I have a friend who manages a parking lot outside a large office building. The other day she told me that there were no longer many condoms found in the lot but there were many dental picks. I’m not sure if this is good or bad and I guess it depends on your point of view. Good to take care of your teeth but bad to miss out on passion.
We would be honored to publish The Favorite. It’s wonderful. In fact, it’s so wonderful that I hope you collect a dozen offers to publish and choose the one which will win you a hundred thousand fans, and make you become required reading for poetry classes and Road Scholars across the country. Actually, that’s a half truth. We’d be happy if it happened, but we hope you’ll come straight to us despite the likelihood that you could find a larger press with more sophisticated ways of getting the word out. It’s not often that we find a poet who can make us laugh, wince, laugh again, and float meditatively into the bluest sky Missouri offers. I’m still floating.
I’ll send a copy of our standard contract to you as soon as you respond.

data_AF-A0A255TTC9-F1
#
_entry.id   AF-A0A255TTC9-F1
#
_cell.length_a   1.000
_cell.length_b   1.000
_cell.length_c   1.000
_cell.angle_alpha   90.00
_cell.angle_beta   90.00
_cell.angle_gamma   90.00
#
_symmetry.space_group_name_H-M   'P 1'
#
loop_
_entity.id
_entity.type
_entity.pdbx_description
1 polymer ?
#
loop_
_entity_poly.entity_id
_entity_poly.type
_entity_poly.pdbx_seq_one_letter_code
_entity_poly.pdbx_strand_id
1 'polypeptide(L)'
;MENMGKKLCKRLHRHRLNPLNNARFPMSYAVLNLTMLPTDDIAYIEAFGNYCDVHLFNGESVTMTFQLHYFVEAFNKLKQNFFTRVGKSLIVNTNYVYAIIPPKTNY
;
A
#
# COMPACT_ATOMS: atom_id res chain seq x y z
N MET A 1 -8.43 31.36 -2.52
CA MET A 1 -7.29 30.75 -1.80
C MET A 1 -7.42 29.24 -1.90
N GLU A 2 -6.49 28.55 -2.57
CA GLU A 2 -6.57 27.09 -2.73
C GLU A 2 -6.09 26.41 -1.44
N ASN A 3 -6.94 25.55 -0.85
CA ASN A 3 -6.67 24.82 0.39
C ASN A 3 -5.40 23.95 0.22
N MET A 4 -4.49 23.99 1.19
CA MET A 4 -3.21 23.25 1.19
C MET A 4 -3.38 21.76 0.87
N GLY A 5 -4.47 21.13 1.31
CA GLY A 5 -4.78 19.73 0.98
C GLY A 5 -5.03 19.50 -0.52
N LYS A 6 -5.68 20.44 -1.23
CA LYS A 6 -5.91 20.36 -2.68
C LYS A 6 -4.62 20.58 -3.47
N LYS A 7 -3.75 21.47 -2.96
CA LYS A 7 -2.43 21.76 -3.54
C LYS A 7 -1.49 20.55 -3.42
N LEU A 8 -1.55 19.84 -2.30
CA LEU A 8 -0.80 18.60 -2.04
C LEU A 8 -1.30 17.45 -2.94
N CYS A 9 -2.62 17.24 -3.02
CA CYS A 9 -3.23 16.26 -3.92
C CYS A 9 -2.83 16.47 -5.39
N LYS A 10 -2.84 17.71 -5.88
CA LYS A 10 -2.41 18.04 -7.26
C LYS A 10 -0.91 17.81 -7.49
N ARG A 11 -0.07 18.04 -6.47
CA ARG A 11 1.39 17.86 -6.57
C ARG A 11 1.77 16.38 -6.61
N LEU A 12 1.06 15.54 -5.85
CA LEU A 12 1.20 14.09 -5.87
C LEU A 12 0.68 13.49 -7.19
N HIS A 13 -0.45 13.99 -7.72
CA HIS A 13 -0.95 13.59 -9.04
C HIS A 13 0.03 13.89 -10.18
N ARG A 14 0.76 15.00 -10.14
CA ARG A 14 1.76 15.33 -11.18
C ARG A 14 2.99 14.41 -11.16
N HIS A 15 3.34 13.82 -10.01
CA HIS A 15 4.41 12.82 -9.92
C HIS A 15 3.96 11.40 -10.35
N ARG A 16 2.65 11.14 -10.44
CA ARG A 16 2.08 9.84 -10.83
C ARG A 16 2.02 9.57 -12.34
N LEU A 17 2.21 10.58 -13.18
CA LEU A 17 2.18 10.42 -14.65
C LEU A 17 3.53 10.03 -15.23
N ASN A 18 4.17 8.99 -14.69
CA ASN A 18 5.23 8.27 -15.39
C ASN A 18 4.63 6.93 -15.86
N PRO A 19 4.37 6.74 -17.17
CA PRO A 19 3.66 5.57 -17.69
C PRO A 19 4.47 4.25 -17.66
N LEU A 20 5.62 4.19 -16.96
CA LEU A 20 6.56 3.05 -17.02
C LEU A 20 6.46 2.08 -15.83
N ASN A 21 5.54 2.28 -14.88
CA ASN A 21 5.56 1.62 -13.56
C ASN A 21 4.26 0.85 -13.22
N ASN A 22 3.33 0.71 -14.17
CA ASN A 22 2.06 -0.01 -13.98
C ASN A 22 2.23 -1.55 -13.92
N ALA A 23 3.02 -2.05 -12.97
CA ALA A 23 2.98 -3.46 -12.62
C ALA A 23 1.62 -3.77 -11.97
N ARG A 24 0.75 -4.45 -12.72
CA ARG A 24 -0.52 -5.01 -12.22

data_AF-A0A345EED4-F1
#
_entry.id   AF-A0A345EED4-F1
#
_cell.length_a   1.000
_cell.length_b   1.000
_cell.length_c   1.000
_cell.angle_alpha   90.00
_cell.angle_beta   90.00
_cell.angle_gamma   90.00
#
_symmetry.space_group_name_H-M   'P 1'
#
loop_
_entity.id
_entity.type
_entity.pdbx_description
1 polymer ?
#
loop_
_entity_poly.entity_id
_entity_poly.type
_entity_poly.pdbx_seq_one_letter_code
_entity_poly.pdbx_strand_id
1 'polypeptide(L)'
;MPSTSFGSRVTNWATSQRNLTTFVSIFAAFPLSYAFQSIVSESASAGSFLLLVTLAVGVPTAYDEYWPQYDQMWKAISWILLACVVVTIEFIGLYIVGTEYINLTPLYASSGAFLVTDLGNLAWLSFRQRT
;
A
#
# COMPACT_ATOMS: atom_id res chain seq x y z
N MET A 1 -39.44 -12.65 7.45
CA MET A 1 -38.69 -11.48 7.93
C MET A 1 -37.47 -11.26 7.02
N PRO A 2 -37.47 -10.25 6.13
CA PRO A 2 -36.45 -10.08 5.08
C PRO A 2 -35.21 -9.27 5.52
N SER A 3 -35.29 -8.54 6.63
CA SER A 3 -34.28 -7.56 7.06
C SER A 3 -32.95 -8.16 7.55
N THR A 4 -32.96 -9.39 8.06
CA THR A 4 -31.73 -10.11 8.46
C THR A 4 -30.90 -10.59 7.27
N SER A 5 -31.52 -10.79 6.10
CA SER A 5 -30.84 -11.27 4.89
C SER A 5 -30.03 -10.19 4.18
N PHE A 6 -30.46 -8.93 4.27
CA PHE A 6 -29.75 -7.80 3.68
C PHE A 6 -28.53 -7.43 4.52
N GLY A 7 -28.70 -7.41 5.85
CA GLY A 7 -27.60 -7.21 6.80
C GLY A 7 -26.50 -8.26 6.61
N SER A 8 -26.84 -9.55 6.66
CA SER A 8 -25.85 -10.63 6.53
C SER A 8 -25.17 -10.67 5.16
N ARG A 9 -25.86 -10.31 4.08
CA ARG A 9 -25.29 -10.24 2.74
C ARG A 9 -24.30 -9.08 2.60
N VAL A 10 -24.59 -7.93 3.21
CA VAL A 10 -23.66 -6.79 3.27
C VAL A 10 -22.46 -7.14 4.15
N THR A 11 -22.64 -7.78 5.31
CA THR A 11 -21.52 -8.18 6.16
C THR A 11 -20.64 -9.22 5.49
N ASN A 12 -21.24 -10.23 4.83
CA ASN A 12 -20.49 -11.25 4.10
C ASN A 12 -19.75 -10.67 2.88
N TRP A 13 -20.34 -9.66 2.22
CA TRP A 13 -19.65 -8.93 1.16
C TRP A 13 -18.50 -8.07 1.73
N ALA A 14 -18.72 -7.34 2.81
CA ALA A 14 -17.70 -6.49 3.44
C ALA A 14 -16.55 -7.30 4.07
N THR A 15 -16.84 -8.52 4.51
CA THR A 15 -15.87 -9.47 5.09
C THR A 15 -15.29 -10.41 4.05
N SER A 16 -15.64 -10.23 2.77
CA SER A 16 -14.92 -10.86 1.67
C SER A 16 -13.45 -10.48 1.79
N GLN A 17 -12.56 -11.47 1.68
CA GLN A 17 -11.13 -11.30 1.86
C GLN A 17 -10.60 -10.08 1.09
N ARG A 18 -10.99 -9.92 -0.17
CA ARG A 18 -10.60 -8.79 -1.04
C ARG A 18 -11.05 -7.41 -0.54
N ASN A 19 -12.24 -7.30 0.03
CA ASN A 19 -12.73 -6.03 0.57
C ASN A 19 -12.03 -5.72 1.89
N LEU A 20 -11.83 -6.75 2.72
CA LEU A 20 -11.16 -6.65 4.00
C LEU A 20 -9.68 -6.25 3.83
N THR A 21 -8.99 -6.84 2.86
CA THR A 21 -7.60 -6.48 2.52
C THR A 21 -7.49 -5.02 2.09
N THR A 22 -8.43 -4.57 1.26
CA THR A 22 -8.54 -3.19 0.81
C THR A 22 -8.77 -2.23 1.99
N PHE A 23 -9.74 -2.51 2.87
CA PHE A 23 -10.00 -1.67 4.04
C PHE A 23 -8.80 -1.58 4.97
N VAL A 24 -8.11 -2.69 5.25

Trulia is my travel agent of emotional escapes and several times a week I am a voyeur into other people’s lives. There are several settings to consider before I go on my trip: price, location, amount of bedrooms and bathrooms, acreage, and one that I always take seriously which is fireplaces. Once I have made my selection, I begin my voyage. I prefer houses that range in price from 10 to 20 million with at least seven bedrooms because then I have a lot to manage. It’s important to have staff rooms as well. Yesterday I transported myself into a mansion in Pebble Beach, California. The rooms were large and had heavily ornate little metal crosses on the walls and enormous arrangements of dried flowers in dark, muted colors like vampire rooms.There was a dining room with a stand in the corner for reading the Bible and at least three kitchens spread throughout the house. My very favorite room, however, gave me the inspiration that I had been looking for. The master bedroom. There was an enormous bed with a headboard covered in powder and silk and a duvet also covered in the same silk spread over the feet. The nightstands consisted of pieces of glass balance upon carved gold wood made to look like unicorns who are slightly crazed. There, above the fireplace, was a portrait of the mistress of the house and when I saw the portrait I knew I had found my true self. She was blonde with babe hair that hung to her waist and was thick and wavy.She wore a black knit dress, unbuttoned, and a black lace bra under that. The black dress clung to her curves and she was leaning forward with both hands holding onto a couch breasts pressed forward as if to say I’ve got you in the palm of my hand. She was a dame. She was a slut. She was in control. There was no question that this was her House. Oh! How I wanted to be her! Powerful! Sexy! Men falling at her feet! She probably had a gun underneath that black dress. She never suffered from loneliness or despair or depression or anxiety. No way Jose. She just lived in this giant house and swished around the hallways in her black dress and bossed people, Particularly men. It was really hard to leave that Trulia house.I figured if I stayed long enough staring at those photos I would end out being just like her.Fearless and powerful and as a woman who had never been victimized.